it and can't find it at Google Groups at the moment ... :(

Of course it doesn't really prove anything, but at least it shows that
there might be problems, which can easily be avoided by just following
the standards. Be it HTML, CSS or HTTP - it's always a good idea to
adhere to the written standards, because then it's not your fault if
something goes wrong.

Micha
Jan 31 '07 #14

P: n/a
On Wed, 31 Jan 2007 08:08:54 -0800, Allodoxaphobia <bi********@config.com
wrote:
On 30 Jan 2007 22:17:11 -0800, bo*********@gmail.com wrote:
>>
function Redirect($location = "")
{
if (headers_sent())
{
if (!$location)
.....................
> }
else
{
if(!$location)
.............
....

Huh? How's that gonna work?

Jonesy
It may, or may not, since it relies on client side scripting. Basically,
it checks if headers have been sent, if so, it tires to "redirect" using
JavaScript, or else it will use PHP's header function to redirect.

--
Curtis, http://dyersweb.com
Feb 1 '07 #15

P: n/a
Michael Fesser wrote:
.oO(Erwin Moller)
>>Michael Fesser wrote:
>>>
14.30 Location
http://www.w3.org/Protocols/rfc2616/....html#sec14.30

Hmm yes. That sounds convincing.
Never trusts rfcs not recommended by me. ;-)

Here is one for you:
http://www.ietf.org/rfc/rfc3986.txt

It clearly describes relative referencing. (Part 4 and 5 mainly)

I'm familiar with it, but even the most recent and generalized RFC for
URI syntax doesn't change the meaning of "absolute URI", which is
required in the HTTP RFC. RFC 3986 just defines what an absolute URI
actually is.
Hi Micha,

For clearity's sake: I completely agree with you that sticking to the
standards makes sense in almost all circumstances.
Deciding WHO decides what the standards are is my current problem.

My meager knowledge of picking the right RFC is to blame. I have dived into
a few, but I have trouble deciding on their 'weight'/importance.

I wonder, which RFC are considered to define standards by most people when
it comes to HTTP and the like?
Do you have/know of some list?

I am a bit confused because just the other day somebody in some javascript
newsgroup made it clear that just the fact somebody dumps a RFC doesn't
make it worth your while.
This is NOT my area of expertise, and I wonder which ones are worth reading
and which not. How do you/others approach that?

TIA

Regards,
Erwin Moller

>>But you haven't seen all. And browsers are not the only user agents. A
bug doesn't become less of a bug, just because it works in the majority.

Well, that may be true.
I only aim my php for internetbrowsers, so I don't know jack about other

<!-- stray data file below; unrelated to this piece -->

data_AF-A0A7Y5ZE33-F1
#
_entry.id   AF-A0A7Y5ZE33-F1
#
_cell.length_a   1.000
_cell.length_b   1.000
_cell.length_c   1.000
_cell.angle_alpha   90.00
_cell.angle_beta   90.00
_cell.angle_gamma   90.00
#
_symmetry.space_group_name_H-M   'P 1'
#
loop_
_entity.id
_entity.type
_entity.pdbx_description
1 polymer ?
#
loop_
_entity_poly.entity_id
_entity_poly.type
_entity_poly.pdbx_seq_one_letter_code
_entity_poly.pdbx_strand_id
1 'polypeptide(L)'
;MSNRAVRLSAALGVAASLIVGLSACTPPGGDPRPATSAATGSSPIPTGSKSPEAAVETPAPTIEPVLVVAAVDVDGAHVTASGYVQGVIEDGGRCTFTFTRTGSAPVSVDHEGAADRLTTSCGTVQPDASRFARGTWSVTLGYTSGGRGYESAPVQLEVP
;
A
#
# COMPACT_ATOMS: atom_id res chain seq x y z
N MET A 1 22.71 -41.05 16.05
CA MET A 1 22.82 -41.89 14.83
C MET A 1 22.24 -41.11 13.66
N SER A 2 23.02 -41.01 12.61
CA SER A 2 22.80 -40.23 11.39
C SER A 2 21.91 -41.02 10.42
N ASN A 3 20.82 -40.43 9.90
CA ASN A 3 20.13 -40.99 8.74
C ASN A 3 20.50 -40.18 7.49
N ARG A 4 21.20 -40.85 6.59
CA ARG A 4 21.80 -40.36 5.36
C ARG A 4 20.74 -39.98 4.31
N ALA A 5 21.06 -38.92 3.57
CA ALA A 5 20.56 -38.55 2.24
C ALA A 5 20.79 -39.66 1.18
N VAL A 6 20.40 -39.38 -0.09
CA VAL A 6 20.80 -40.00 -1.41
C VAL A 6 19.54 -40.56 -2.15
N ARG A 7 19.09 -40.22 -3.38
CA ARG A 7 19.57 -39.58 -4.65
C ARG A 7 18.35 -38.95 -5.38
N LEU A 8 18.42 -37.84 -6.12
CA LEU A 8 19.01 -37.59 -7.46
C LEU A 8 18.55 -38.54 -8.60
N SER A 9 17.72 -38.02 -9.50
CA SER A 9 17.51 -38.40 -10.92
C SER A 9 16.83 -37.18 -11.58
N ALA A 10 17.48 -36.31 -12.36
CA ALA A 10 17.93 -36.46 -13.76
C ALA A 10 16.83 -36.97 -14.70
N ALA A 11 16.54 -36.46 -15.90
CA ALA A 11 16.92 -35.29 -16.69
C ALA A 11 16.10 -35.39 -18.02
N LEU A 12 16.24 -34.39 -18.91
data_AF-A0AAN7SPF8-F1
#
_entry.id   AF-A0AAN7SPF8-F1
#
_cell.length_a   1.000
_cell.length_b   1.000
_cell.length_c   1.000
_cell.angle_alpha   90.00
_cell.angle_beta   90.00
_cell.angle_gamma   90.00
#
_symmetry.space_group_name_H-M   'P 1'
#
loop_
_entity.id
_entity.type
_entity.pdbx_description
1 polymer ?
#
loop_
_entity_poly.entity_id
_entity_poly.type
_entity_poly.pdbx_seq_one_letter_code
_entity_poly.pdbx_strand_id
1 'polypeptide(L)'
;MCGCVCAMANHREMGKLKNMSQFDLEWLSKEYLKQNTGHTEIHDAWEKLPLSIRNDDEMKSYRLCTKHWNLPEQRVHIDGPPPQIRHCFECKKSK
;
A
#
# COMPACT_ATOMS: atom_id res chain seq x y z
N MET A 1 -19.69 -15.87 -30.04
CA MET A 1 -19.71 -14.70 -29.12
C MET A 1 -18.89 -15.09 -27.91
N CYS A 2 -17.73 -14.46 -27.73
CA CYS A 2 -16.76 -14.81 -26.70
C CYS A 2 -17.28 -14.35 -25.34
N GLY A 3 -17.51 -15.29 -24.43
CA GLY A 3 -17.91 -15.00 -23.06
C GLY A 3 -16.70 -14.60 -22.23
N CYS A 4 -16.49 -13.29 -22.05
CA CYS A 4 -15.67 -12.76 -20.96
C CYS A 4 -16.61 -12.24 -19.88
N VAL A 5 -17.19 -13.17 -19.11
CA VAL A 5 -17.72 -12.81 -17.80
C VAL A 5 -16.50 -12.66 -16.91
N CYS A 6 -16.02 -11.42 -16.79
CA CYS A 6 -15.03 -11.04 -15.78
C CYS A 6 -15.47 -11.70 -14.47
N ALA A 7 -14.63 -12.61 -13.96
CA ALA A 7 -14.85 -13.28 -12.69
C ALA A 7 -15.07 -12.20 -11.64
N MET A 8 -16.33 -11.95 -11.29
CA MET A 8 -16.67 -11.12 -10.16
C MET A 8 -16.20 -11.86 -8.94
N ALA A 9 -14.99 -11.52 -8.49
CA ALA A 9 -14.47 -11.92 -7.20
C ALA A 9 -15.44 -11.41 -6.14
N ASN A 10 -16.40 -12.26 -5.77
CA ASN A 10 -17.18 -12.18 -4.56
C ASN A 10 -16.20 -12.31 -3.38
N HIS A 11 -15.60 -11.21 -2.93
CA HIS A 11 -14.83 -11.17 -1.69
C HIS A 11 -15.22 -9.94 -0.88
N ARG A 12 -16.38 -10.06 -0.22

agents.
Thanks for the warning though.

I can remember someone having a strange problem with using a relative
URI and a query string in a Location header, which didn't work in Lynx
or something like that. The problem vanished after changing to an
absolute URI. It was posted to a German newsgroup, but I didn't bookmark
it and can't find it at Google Groups at the moment ... :(

Of course it doesn't really prove anything, but at least it shows that
there might be problems, which can easily be avoided by just following
the standards. Be it HTML, CSS or HTTP - it's always a good idea to
adhere to the written standards, because then it's not your fault if
something goes wrong.

Micha
Feb 1 '07 #16

P: n/a
Erwin Moller wrote:
I wonder, which RFC are considered to define standards by most people when
it comes to HTTP and the like?
Do you have/know of some list?
Wow- you'd have to use several RFC's for that.
Most to all of the RFC's reference other RFC's.
For example - the ones for HTTP requires a knowledge of the ones
for DNS - and likley httpS as well.

This is NOT my area of expertise, and I wonder which ones are worth reading
and which not. How do you/others approach that?
Feb 1 '07 #17

P: n/a
Erwin Moller:
My meager knowledge of picking the right RFC is to blame. I have dived into
a few, but I have trouble deciding on their 'weight'/importance.
http://www.rfc-editor.org/

--
Jock

Feb 1 '07 #18

P: n/a
John Dunlop wrote:
Erwin Moller:
>My meager knowledge of picking the right RFC is to blame. I have dived
into a few, but I have trouble deciding on their 'weight'/importance.

http://www.rfc-editor.org/

--
Jock
Hi,

Thanks for the guidance.
This is from their FAQ:

http://www.rfc-editor.org/rfcfaq.html

Are all RFCs Internet standards documents?
In a word, "NO!".

Many RFCs have Informational or Experimental status and do not represent any
kind of standard. They contain information that may be useful or important
to retain in this archival document series.
This is important to understand, because unscrupulous marketeers and a
careless trade press sometimes falsely suggest that every RFC represents a
standard, or that all standards have equal weight. The relationship among
Internet technical specifications is often complex.

How can one tell where in the standards track an RFC is?
Consult the online document "Internet Official Protocol Standards". We
periodically publish a snapshot of this information as an RFC whose number
is divisible by 100; the latest such RFC is STD 1.

These links are also on the RFC Search and Retrieval page.

Which answers my question. :-)

Thanks.

Regards,
Erwin Moller
Feb 1 '07 #19